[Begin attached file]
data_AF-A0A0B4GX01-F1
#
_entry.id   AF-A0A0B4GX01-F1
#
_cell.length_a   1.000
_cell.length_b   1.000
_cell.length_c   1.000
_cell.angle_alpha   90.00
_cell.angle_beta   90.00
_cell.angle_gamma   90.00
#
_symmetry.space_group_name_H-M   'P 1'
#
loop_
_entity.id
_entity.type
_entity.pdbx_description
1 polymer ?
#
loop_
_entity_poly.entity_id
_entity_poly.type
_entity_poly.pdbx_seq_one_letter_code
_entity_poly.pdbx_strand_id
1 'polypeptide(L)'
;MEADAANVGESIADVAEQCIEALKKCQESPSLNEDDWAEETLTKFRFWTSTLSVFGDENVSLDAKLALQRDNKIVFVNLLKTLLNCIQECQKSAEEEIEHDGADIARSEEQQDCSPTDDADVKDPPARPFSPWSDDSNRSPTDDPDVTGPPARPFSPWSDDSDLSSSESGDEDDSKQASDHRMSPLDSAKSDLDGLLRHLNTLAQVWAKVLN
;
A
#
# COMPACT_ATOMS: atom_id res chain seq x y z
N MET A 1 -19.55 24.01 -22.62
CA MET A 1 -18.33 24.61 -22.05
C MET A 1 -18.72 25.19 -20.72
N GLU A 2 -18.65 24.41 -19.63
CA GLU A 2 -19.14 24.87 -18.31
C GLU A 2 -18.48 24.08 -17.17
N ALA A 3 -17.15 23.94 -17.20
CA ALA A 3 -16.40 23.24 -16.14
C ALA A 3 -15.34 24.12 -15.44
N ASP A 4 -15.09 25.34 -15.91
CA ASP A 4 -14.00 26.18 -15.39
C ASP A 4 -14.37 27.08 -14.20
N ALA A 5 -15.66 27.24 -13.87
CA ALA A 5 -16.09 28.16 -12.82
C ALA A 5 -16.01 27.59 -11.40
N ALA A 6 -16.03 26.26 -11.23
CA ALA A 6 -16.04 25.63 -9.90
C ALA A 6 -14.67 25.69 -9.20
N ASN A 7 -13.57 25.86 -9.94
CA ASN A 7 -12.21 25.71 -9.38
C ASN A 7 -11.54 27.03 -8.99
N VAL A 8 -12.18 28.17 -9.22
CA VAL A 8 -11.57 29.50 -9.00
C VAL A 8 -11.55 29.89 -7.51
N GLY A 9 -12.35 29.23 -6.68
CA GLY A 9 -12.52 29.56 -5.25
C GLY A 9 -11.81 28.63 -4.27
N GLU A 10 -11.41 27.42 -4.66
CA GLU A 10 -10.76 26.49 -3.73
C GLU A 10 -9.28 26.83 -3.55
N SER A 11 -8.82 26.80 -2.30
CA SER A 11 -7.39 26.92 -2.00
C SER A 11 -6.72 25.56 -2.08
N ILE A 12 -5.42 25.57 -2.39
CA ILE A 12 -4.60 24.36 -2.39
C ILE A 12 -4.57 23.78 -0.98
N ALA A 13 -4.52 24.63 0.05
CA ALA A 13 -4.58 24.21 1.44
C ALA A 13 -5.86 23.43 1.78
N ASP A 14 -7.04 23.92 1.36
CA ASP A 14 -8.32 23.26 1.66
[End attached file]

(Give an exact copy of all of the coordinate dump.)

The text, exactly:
data_AF-A0A0B4GX01-F1
#
_entry.id   AF-A0A0B4GX01-F1
#
_cell.length_a   1.000
_cell.length_b   1.000
_cell.length_c   1.000
_cell.angle_alpha   90.00
_cell.angle_beta   90.00
_cell.angle_gamma   90.00
#
_symmetry.space_group_name_H-M   'P 1'
#
loop_
_entity.id
_entity.type
_entity.pdbx_description
1 polymer ?
#
loop_
_entity_poly.entity_id
_entity_poly.type
_entity_poly.pdbx_seq_one_letter_code
_entity_poly.pdbx_strand_id
1 'polypeptide(L)'
;MEADAANVGESIADVAEQCIEALKKCQESPSLNEDDWAEETLTKFRFWTSTLSVFGDENVSLDAKLALQRDNKIVFVNLLKTLLNCIQECQKSAEEEIEHDGADIARSEEQQDCSPTDDADVKDPPARPFSPWSDDSNRSPTDDPDVTGPPARPFSPWSDDSDLSSSESGDEDDSKQASDHRMSPLDSAKSDLDGLLRHLNTLAQVWAKVLN
;
A
#
# COMPACT_ATOMS: atom_id res chain seq x y z
N MET A 1 -19.55 24.01 -22.62
CA MET A 1 -18.33 24.61 -22.05
C MET A 1 -18.72 25.19 -20.72
N GLU A 2 -18.65 24.41 -19.63
CA GLU A 2 -19.14 24.87 -18.31
C GLU A 2 -18.48 24.08 -17.17
N ALA A 3 -17.15 23.94 -17.20
CA ALA A 3 -16.40 23.24 -16.14
C ALA A 3 -15.34 24.12 -15.44
N ASP A 4 -15.09 25.34 -15.91
CA ASP A 4 -14.00 26.18 -15.39
C ASP A 4 -14.37 27.08 -14.20
N ALA A 5 -15.66 27.24 -13.87
CA ALA A 5 -16.09 28.16 -12.82
C ALA A 5 -16.01 27.59 -11.40
N ALA A 6 -16.03 26.26 -11.23
CA ALA A 6 -16.04 25.63 -9.90
C ALA A 6 -14.67 25.69 -9.20
N ASN A 7 -13.57 25.86 -9.94
CA ASN A 7 -12.21 25.71 -9.38
C ASN A 7 -11.54 27.03 -8.99
N VAL A 8 -12.18 28.17 -9.22
CA VAL A 8 -11.57 29.50 -9.00
C VAL A 8 -11.55 29.89 -7.51
N GLY A 9 -12.35 29.23 -6.68
CA GLY A 9 -12.52 29.56 -5.25
C GLY A 9 -11.81 28.63 -4.27
N GLU A 10 -11.41 27.42 -4.66
CA GLU A 10 -10.76 26.49 -3.73
C GLU A 10 -9.28 26.83 -3.55
N SER A 11 -8.82 26.80 -2.30
CA SER A 11 -7.39 26.92 -2.00
C SER A 11 -6.72 25.56 -2.08
N ILE A 12 -5.42 25.57 -2.39
CA ILE A 12 -4.60 24.36 -2.39
C ILE A 12 -4.57 23.78 -0.98
N ALA A 13 -4.52 24.63 0.05
CA ALA A 13 -4.58 24.21 1.44
C ALA A 13 -5.86 23.43 1.78
N ASP A 14 -7.04 23.92 1.36
CA ASP A 14 -8.32 23.26 1.66